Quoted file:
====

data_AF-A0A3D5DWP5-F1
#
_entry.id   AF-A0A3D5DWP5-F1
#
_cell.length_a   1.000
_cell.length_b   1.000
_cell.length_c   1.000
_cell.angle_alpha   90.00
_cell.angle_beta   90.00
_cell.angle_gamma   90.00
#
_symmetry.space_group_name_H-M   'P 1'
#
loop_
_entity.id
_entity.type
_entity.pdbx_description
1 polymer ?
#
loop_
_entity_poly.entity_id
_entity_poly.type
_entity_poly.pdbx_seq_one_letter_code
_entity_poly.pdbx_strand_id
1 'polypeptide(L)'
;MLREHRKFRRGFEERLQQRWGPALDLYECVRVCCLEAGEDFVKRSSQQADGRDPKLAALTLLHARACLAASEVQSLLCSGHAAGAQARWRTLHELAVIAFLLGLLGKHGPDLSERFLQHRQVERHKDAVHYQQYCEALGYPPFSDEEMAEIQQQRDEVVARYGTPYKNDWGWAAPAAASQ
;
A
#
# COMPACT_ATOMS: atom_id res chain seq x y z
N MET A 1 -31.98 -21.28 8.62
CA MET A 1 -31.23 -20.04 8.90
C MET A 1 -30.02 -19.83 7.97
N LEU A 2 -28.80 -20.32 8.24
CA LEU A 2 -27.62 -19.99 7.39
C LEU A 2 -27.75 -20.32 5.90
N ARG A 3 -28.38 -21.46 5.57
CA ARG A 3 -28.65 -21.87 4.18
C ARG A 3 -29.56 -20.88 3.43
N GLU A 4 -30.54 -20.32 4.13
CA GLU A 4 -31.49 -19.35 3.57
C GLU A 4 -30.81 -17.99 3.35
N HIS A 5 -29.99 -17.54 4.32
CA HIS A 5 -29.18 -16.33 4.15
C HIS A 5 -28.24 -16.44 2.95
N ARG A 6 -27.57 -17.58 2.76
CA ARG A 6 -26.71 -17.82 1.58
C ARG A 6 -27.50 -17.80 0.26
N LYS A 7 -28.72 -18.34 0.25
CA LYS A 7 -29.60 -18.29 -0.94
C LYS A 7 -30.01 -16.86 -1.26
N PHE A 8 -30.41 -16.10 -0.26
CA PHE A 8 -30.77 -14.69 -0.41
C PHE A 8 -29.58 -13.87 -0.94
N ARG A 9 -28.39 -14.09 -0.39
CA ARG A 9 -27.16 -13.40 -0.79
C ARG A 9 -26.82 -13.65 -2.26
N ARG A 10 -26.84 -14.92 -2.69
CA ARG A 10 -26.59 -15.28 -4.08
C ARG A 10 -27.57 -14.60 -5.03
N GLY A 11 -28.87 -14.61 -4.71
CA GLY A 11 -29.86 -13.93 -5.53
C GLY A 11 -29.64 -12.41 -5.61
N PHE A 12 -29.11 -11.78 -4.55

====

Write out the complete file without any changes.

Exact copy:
data_AF-A0A3D5DWP5-F1
#
_entry.id   AF-A0A3D5DWP5-F1
#
_cell.length_a   1.000
_cell.length_b   1.000
_cell.length_c   1.000
_cell.angle_alpha   90.00
_cell.angle_beta   90.00
_cell.angle_gamma   90.00
#
_symmetry.space_group_name_H-M   'P 1'
#
loop_
_entity.id
_entity.type
_entity.pdbx_description
1 polymer ?
#
loop_
_entity_poly.entity_id
_entity_poly.type
_entity_poly.pdbx_seq_one_letter_code
_entity_poly.pdbx_strand_id
1 'polypeptide(L)'
;MLREHRKFRRGFEERLQQRWGPALDLYECVRVCCLEAGEDFVKRSSQQADGRDPKLAALTLLHARACLAASEVQSLLCSGHAAGAQARWRTLHELAVIAFLLGLLGKHGPDLSERFLQHRQVERHKDAVHYQQYCEALGYPPFSDEEMAEIQQQRDEVVARYGTPYKNDWGWAAPAAASQ
;
A
#
# COMPACT_ATOMS: atom_id res chain seq x y z
N MET A 1 -31.98 -21.28 8.62
CA MET A 1 -31.23 -20.04 8.90
C MET A 1 -30.02 -19.83 7.97
N LEU A 2 -28.80 -20.32 8.24
CA LEU A 2 -27.62 -19.99 7.39
C LEU A 2 -27.75 -20.32 5.90
N ARG A 3 -28.38 -21.46 5.57
CA ARG A 3 -28.65 -21.87 4.18
C ARG A 3 -29.56 -20.88 3.43
N GLU A 4 -30.54 -20.32 4.13
CA GLU A 4 -31.49 -19.35 3.57
C GLU A 4 -30.81 -17.99 3.35
N HIS A 5 -29.99 -17.54 4.32
CA HIS A 5 -29.18 -16.33 4.15
C HIS A 5 -28.24 -16.44 2.95
N ARG A 6 -27.57 -17.58 2.76
CA ARG A 6 -26.71 -17.82 1.58
C ARG A 6 -27.50 -17.80 0.26
N LYS A 7 -28.72 -18.34 0.25
CA LYS A 7 -29.60 -18.29 -0.94
C LYS A 7 -30.01 -16.86 -1.26
N PHE A 8 -30.41 -16.10 -0.26
CA PHE A 8 -30.77 -14.69 -0.41
C PHE A 8 -29.58 -13.87 -0.94
N ARG A 9 -28.39 -14.09 -0.39
CA ARG A 9 -27.16 -13.40 -0.79
C ARG A 9 -26.82 -13.65 -2.26
N ARG A 10 -26.84 -14.92 -2.69
CA ARG A 10 -26.59 -15.28 -4.08
C ARG A 10 -27.57 -14.60 -5.03
N GLY A 11 -28.87 -14.61 -4.71
CA GLY A 11 -29.86 -13.93 -5.53
C GLY A 11 -29.64 -12.41 -5.61
N PHE A 12 -29.11 -11.78 -4.55